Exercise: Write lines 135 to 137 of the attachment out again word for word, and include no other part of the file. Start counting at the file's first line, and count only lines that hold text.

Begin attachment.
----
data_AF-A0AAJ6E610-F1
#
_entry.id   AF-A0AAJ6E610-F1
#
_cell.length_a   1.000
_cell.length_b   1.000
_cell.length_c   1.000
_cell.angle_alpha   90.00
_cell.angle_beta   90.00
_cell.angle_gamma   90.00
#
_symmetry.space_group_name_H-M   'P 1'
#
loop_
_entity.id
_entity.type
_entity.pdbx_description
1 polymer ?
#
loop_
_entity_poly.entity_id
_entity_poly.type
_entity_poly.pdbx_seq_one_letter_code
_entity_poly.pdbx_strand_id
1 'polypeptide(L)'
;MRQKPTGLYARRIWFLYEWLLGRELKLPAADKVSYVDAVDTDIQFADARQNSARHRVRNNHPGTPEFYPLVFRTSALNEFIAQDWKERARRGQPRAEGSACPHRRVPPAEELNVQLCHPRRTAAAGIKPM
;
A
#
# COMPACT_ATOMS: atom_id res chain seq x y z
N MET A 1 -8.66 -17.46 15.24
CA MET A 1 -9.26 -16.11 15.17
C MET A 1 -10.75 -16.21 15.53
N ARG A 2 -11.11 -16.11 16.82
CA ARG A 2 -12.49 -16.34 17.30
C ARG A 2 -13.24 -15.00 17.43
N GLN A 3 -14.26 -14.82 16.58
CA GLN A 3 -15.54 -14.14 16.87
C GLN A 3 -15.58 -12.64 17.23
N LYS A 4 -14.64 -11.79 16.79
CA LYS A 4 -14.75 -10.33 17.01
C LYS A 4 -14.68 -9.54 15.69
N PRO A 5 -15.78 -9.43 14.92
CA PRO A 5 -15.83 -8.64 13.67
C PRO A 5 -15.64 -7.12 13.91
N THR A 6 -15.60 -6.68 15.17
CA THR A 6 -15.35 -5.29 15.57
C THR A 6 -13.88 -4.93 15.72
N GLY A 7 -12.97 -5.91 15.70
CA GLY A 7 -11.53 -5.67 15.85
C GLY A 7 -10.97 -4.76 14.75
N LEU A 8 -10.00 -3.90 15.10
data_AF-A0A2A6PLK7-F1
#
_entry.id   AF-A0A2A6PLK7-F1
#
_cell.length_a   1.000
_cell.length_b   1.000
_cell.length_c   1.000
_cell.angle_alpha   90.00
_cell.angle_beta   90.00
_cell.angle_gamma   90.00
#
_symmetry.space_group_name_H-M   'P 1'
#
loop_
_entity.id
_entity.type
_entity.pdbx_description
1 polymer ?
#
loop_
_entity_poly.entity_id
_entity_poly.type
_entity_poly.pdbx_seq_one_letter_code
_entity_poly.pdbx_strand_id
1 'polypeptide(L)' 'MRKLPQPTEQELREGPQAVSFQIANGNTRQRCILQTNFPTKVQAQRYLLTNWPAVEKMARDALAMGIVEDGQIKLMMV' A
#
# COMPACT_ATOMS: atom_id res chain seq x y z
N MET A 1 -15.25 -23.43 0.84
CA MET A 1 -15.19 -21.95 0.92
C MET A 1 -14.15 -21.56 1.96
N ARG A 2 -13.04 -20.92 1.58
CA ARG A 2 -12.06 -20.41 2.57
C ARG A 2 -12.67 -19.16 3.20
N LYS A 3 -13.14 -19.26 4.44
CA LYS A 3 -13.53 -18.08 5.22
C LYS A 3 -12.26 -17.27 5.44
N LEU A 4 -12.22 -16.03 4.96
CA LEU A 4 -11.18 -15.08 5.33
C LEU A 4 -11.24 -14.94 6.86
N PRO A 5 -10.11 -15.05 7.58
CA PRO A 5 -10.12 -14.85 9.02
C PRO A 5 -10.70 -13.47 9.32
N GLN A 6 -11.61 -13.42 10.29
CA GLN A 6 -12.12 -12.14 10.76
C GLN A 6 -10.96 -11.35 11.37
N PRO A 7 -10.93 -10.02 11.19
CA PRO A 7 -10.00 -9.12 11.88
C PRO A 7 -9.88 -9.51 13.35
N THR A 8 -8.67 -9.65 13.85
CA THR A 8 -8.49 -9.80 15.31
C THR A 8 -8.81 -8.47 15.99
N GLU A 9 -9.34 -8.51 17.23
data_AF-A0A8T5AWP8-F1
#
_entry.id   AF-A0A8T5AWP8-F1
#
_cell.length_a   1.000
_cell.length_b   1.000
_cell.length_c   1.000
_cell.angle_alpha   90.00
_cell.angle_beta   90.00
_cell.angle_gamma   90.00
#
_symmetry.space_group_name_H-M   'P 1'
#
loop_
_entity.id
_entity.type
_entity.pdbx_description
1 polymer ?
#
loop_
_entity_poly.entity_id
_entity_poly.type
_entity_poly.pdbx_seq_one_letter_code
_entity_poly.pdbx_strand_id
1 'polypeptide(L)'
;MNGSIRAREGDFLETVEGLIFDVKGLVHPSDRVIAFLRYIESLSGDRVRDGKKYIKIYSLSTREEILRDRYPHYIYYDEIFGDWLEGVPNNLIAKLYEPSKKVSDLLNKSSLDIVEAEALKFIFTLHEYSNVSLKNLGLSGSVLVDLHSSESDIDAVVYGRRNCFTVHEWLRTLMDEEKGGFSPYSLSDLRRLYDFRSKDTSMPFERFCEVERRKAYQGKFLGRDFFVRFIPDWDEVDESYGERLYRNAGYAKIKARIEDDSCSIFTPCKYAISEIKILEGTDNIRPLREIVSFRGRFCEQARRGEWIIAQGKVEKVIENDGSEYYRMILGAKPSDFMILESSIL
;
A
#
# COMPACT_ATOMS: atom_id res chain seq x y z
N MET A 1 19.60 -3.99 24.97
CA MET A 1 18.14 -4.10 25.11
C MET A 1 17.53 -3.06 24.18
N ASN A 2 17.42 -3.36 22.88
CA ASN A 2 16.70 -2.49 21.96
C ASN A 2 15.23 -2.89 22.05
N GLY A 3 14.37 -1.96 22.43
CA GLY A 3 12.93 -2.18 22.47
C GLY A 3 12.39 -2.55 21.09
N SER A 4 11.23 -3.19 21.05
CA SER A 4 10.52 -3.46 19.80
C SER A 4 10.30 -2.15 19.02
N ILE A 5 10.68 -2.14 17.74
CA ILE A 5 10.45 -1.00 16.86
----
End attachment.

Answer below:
N MET A 1 19.60 -3.99 24.97
CA MET A 1 18.14 -4.10 25.11
C MET A 1 17.53 -3.06 24.18